Chapter 22: The Beginnings of American Foreign Missions (10/11)

“The fever, I afterwards understood, had run seventeen days when the blisters were applied. I now began to recover slowly; but it was more than a month after this before I had strength to stand. While in this weak, debilitated state, the servant who had followed your brother to the Burmese camp came in and informed me that his master had arrived, and was conducted to the courthouse in town. I sent off a Burman to watch the movements of government, and to ascertain, if possible, in what way Mr. Judson was to be disposed of. He soon returned with the sad intelligence that he saw Mr. Judson go out of the palace yard, accompanied by two or three Burmans, who conducted him to one of the prisons; and that it was reported in town, that he was to be sent back to the Oung-pen-la prison. I was too weak to bear ill tidings of any kind; but a shock as dreadful as this almost annihilated me. For some time, I could hardly breathe; but at last gained sufficient composure to dispatch Moung Ing to our friend, the governor of the north gate, and begged him to make one more effort for the release of Mr. Judson, and prevent his being sent back to the country prison, where I knew he must suffer much, as I could not follow. Moung Ing then went in search of Mr. Judson; and it was nearly dark when he found him in the interior of an obscure prison. I had sent food early in the afternoon, but being unable to find him, the bearer had returned with it, which added another pang to my distresses, as I feared he was already sent to Oung-pen-la.

“If I ever felt the value and efficacy of prayer, I did at this time. I could not rise from my couch; I could make no efforts to secure my husband; I could only plead with that great and powerful Being who has said, ‘Call upon Me in the day of trouble, and I will hear, and thou shalt glorify Me;’ and who made me at this time feel so powerfully this promise that I became quite composed, feeling assured that my prayers would be answered.

“When Mr. Judson was sent from Maloun to Ava, it was within five minutes’ notice, and without his knowledge of the cause. On his way up the river he accidentally saw the communication made to government respecting him, which was simply this: ‘We have no further use for Yoodathan, we therefore return him to the golden city.’ On arriving at the courthouse, there happened to be no one present who was acquainted with Mr. J. The presiding officer inquired from what place he had been sent to Maloun. He was answered from Oung-pen-la. ‘Let him then,’ said the officer, ‘be returned thither’-when he was delivered to a guard and conducted to the place above-mentioned, there to remain until he could be conveyed to Oung-pen-la. In the meantime the governor of the north gate presented a petition to the high court of the empire, offered himself as Mr. Judson’s security, obtained his release, and took him to his house, where he treated him with every possible kindness, and to which I was removed as soon as returning health would allow.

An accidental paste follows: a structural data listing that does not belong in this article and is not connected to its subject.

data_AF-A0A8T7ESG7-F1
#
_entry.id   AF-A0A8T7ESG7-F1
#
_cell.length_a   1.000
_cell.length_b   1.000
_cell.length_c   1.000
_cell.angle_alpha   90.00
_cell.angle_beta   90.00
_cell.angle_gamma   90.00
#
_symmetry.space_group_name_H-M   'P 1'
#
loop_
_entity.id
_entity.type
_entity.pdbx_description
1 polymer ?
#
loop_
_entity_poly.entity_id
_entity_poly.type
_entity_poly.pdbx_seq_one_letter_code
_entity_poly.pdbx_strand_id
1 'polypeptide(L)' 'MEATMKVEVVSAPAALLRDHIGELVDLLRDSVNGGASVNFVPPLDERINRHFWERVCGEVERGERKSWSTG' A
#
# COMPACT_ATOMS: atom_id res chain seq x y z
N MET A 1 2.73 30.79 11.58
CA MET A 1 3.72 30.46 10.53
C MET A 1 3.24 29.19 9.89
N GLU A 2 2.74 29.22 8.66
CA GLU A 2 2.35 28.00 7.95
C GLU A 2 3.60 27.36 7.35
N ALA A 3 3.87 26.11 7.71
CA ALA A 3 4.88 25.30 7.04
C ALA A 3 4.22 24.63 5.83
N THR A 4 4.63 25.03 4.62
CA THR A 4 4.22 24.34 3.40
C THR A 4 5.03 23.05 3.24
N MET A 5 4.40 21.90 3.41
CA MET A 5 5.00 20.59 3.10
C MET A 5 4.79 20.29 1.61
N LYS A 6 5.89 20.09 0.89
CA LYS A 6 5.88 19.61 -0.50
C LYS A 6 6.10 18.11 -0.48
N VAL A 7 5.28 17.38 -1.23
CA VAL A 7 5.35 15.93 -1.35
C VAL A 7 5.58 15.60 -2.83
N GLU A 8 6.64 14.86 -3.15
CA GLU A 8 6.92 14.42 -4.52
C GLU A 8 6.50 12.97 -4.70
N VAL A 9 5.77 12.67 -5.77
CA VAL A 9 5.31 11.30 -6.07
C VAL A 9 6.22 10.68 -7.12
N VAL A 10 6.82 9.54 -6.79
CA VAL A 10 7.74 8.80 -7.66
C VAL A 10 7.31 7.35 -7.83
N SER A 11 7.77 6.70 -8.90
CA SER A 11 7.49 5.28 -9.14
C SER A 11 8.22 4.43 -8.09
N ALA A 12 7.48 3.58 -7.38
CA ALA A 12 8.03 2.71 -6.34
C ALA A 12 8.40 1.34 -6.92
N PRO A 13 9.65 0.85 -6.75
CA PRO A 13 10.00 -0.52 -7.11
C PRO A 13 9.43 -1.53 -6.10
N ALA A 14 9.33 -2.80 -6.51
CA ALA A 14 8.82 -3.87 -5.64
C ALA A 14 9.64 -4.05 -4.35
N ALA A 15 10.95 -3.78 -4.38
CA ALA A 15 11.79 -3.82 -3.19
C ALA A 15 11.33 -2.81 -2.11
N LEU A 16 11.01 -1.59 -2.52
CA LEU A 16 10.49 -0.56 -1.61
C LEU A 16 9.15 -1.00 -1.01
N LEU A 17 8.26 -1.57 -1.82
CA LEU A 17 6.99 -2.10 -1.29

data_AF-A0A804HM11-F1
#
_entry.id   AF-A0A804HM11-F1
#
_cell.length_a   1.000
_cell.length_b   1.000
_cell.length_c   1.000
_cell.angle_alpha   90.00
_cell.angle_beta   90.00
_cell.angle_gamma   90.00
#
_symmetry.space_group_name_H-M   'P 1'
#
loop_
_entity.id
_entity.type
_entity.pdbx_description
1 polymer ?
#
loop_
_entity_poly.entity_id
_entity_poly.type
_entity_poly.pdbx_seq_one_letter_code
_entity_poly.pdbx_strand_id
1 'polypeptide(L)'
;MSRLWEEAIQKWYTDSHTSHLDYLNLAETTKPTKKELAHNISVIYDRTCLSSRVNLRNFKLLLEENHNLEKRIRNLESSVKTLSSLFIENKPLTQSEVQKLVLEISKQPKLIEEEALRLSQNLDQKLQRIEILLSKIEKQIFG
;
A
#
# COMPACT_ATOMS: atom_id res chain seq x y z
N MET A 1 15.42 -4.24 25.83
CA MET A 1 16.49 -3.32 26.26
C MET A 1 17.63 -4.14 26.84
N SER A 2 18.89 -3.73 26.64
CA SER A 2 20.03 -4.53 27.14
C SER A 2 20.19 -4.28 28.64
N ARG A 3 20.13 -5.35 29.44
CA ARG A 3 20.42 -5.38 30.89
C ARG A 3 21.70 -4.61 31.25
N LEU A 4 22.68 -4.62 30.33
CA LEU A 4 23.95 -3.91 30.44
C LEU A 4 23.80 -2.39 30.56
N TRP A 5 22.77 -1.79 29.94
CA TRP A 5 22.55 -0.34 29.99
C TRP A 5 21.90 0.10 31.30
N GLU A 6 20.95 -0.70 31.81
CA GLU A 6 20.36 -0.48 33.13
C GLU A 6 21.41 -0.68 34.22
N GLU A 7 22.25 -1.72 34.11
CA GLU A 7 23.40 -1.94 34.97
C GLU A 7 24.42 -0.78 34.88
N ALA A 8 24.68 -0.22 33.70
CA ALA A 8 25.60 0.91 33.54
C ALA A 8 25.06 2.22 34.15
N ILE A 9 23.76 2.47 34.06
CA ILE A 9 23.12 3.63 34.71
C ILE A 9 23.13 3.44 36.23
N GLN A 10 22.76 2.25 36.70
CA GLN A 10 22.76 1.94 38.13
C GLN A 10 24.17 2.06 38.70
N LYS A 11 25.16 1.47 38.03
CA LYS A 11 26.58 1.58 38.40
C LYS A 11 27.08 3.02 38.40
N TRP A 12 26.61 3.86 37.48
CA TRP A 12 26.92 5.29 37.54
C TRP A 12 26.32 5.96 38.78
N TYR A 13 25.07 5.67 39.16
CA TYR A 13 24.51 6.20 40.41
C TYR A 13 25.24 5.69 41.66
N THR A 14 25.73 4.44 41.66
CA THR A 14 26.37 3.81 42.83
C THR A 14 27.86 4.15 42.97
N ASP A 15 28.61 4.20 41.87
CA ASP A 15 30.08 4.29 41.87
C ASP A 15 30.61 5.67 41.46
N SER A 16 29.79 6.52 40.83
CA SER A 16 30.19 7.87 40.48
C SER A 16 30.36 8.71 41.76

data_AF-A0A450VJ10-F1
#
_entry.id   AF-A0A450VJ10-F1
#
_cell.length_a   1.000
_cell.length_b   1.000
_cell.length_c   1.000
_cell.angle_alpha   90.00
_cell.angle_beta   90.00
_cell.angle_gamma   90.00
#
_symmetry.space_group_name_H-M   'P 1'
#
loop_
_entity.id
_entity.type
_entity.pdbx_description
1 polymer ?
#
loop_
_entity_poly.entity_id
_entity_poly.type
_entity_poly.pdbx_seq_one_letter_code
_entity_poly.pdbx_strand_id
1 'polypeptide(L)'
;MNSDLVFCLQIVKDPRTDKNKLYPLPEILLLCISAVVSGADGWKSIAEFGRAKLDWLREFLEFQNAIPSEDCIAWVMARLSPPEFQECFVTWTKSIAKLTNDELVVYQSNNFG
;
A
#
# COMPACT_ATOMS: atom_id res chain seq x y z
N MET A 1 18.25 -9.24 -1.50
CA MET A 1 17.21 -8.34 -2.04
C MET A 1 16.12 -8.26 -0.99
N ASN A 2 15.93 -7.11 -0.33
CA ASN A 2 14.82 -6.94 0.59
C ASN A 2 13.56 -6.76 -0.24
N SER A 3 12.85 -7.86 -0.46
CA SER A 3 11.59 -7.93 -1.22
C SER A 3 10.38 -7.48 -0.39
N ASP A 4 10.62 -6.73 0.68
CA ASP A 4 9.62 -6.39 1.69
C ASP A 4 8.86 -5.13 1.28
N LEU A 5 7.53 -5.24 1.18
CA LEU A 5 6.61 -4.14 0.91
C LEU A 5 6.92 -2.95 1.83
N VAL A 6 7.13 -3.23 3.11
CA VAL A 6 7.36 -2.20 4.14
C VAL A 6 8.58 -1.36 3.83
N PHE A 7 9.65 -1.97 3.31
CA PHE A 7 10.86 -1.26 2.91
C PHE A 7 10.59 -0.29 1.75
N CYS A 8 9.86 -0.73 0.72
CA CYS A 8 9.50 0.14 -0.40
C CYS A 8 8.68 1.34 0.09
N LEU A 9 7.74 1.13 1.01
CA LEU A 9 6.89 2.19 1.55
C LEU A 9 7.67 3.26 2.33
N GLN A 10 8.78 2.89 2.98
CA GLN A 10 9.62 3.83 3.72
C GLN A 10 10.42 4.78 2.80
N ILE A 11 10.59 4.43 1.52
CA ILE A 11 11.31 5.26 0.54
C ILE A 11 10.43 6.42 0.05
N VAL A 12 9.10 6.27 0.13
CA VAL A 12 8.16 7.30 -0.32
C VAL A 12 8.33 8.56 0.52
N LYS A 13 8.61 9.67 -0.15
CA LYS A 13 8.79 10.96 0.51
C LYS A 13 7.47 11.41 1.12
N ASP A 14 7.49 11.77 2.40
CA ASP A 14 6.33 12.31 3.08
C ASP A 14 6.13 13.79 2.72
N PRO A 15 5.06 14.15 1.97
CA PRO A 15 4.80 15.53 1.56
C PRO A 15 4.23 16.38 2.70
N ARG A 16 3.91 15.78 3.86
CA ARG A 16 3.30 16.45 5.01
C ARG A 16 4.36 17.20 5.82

“It was on a cool, moonlight evening, in the month of March, that with hearts filled with gratitude to God, and overflowing with joy at our prospects, we passed down the Irrawaddy, surrounded by six or eight golden boats, and accompanied by all we had on earth.

“We now, for the first time, for more than a year and a half, felt that we were free, and no longer subject to the oppressive yoke of the Burmese. And with what sensations of delight, on the next morning, did I behold the masts of the steamboat, the sure presage of being within the bounds of civilized life. As soon as our boat reached the shore, Brigadier A. and another officer came on board, congreatulated us on our arrival, and invited us on board the steamboat, where I passed the remainder of the day; while your brother went on to meet the general, who, with a detachment of the army, had encamped at Yandaboo, a few miles farther down the river. Mr. Judson returned in the evening, with an invitation from Sir Archibald, to come immediately to his quarters, where I was the next morning introduced, and received with the greatest kindness by the general, who had a tent pitched for us near his own-took us to his own table, and treated us with the kindness of a father, rather than as strangers of another country.

“For several days, this single idea wholly occupied my mind, that we were out of the power of the Burmese government, and once more under the protection of the English. Our feelings continually dictated expressions like these: What shall we render to the Lord for all His benefits toward us.

“The treaty of peace was soon concluded, signed by both parties, and a termination of hostilities publicly declared. We left Yandaboo, after a fortnight’s residence, and safely reached the mission house in Rangoon, after an absence of two years and three months.”

Through all this suffering the precious manuscript of the Burmese New Testament was guarded. It was put into a bag and made into a hard pillow for Dr. Judson’s prison. Yet he was forced to be apparently careless about it, lest the Burmans should think it contained something valuable and take it away. But with the assistance of a faithful Burmese convert, the manuscript, representing so many long days of labor, was kept in safety.

Foxe’s Book of the Martyrs, Chapter 22

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